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Fitch: $166M loan on CA Technologies complex risks default

The front of CA Technologies, formerly known

The front of CA Technologies, formerly known as Computer Associates, is shown in Islandia on May 10, 2012. Credit: Kevin P. Coughlin

The $165.6 million commercial loan taken out nearly a decade ago to purchase CA Technologies’ former world headquarters complex in Islandia faces a “higher probability” of default when the loan is due in August, according to credit rating agency Fitch Ratings.

The loan, taken out by affiliates of private investor CA Special Opportunities Fund LLC, was transferred to a special servicer earlier this month, according to Fitch. Special servicers are entities that manage troubled or potentially delinquent loans to mitigate losses to bond holders.

CA Technologies leases the property now, and isn’t the borrower on the loan.

Payments on the interest-only loan are current through this month, according to Trepp LLC, a Manhattan-based tracker of commercial mortgage-backed securities loans such as the CA loan. The interest rate is 6.96 percent.

CA, formerly Computer Associates, sold its 778,000-square-foot complex in 2006 to Islandia Operators LLC and Island Headquarters Operators LLC for $204.3 million, according to Securities and Exchange Commission filings. Trepp says the two entities were affiliates of Gramercy Special Opportunites Fund. That fund changed its name to CA Special Opportunities Fund in 2013, according to Delaware corporate filings.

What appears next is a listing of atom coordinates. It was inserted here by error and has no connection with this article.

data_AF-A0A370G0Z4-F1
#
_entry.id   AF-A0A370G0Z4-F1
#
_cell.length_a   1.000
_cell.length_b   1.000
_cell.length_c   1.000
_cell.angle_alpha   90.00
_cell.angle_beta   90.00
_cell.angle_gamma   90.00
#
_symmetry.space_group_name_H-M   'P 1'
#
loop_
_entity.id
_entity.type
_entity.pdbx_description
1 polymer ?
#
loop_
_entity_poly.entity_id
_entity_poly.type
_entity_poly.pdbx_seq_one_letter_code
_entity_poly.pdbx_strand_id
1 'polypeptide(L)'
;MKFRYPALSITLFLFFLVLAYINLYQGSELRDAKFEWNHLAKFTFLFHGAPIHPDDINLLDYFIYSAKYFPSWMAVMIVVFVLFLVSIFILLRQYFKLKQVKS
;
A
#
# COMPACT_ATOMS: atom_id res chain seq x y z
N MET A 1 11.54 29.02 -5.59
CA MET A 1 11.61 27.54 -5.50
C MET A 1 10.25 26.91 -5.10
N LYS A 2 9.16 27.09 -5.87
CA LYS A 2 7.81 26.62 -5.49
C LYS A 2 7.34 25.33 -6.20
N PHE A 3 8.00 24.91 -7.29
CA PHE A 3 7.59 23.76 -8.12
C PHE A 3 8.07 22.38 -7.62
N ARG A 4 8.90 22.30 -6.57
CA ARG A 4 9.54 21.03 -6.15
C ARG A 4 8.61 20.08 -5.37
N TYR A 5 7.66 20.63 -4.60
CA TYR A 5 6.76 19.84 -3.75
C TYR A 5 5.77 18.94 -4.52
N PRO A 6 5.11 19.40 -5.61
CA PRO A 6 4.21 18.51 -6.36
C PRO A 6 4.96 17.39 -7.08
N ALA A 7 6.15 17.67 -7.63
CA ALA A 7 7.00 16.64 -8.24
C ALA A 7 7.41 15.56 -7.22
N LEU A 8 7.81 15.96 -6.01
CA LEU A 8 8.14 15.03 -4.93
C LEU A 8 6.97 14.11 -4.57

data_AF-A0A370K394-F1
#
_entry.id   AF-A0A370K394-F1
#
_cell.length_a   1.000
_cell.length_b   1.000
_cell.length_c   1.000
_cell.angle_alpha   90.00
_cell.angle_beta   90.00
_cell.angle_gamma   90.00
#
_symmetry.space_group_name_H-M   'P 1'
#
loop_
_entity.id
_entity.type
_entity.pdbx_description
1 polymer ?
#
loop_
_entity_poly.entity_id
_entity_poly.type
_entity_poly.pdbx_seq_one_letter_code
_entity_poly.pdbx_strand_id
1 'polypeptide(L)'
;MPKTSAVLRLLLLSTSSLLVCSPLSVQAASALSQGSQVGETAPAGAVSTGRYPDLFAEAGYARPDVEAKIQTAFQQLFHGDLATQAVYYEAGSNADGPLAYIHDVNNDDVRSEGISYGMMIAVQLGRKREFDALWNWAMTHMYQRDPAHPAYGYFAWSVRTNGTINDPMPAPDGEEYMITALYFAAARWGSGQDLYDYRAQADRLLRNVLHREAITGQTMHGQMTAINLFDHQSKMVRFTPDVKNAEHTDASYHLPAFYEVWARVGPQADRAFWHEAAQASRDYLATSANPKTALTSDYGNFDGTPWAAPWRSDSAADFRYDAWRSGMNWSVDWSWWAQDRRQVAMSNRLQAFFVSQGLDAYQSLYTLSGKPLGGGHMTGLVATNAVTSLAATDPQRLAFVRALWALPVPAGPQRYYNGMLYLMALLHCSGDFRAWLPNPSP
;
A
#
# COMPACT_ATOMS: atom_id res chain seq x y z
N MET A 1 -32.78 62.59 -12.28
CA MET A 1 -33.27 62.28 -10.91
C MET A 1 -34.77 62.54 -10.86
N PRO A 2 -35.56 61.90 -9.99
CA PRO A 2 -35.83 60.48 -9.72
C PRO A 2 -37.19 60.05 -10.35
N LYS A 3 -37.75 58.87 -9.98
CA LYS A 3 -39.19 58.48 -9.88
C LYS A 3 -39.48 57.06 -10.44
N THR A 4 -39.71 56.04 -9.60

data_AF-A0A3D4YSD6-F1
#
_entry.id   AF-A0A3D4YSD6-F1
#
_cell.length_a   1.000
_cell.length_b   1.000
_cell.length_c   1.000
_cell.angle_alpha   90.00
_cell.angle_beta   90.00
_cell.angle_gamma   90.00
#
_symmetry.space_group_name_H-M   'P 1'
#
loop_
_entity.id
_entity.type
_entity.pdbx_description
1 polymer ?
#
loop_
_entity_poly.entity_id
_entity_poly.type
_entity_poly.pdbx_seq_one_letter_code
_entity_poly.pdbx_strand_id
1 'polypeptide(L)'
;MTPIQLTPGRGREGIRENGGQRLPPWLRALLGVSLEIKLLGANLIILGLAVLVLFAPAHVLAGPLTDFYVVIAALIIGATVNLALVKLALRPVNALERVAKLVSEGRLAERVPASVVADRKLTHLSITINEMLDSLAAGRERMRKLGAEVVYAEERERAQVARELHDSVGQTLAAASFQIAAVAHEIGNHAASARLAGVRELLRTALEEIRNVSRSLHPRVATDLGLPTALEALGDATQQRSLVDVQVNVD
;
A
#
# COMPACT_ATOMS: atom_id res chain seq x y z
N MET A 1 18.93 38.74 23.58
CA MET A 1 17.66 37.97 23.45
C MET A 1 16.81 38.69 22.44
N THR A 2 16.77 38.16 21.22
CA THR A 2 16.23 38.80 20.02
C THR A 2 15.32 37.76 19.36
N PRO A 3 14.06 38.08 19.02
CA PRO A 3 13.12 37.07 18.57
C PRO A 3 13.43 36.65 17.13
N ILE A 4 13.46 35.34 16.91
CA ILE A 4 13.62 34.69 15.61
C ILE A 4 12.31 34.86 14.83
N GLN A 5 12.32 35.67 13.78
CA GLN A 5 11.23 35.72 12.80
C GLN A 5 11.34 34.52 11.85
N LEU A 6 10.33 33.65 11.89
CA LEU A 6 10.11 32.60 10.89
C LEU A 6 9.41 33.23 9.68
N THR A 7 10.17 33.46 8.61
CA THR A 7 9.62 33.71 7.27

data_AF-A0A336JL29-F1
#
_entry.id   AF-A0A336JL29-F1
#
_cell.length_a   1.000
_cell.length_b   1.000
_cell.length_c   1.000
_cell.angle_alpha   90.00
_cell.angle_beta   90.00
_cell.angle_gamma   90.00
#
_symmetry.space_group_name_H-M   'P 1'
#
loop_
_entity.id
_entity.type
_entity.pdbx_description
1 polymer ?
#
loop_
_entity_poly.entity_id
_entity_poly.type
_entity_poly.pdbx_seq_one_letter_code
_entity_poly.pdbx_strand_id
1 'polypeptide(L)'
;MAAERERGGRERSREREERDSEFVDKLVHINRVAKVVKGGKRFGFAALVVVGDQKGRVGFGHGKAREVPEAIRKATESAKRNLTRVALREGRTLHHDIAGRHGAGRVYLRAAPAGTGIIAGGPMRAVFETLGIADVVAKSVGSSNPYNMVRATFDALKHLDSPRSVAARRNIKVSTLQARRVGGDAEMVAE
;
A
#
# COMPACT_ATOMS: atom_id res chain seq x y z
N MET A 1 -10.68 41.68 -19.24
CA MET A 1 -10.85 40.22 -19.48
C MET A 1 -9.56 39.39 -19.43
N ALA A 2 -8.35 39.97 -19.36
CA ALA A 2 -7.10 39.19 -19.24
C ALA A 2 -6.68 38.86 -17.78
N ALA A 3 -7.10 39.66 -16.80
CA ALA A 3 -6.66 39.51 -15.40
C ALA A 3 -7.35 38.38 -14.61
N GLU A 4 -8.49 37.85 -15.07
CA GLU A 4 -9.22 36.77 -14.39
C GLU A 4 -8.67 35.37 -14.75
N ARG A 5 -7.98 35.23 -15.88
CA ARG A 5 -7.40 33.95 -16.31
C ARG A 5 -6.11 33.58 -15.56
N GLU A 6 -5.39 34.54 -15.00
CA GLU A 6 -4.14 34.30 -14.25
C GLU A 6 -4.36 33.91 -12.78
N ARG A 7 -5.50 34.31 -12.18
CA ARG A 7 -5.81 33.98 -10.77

Since 2007, net operating income from the property has been $15.4 million annually, according to the Trepp documents.

“The CA loan transferred to special servicing because of a potential maturity default,” Christopher Bushart, a senior director at Fitch Ratings said in a statement.

Bushart said that while the reason for the transfer isn’t disclosed, with the loan “set to come due in August of this year, the borrower has likely indicated they do not expect to have financing in place to pay off the existing debt once it matures.”

Bushart said that in general, commercial mortgage-backed securities loans from 2006 through 2008 “have a greater level of unpredictability when it comes to them being paid off, though our ratings already reflect this risk.”

According to documents from Trepp, the borrower contracted Boston-based Corporate Realty Investment Company (CRIC) and Prudential Real Estate Investors, the real estate investment business of Prudential Financial Inc., to manage the property. A spokesman for Prudential said the company is no longer involved with the property’s management or ownership.

Officials with CRIC and the CA Special Opportunities Fund did not respond to requests for comment.

Software maker CA Technologies, founded in 1976, was based in Islandia for years, but moved its headquarters to Manhattan in 2014. The company housed about 1,400 employees there at the time, and holds a lease that expires in 2021.

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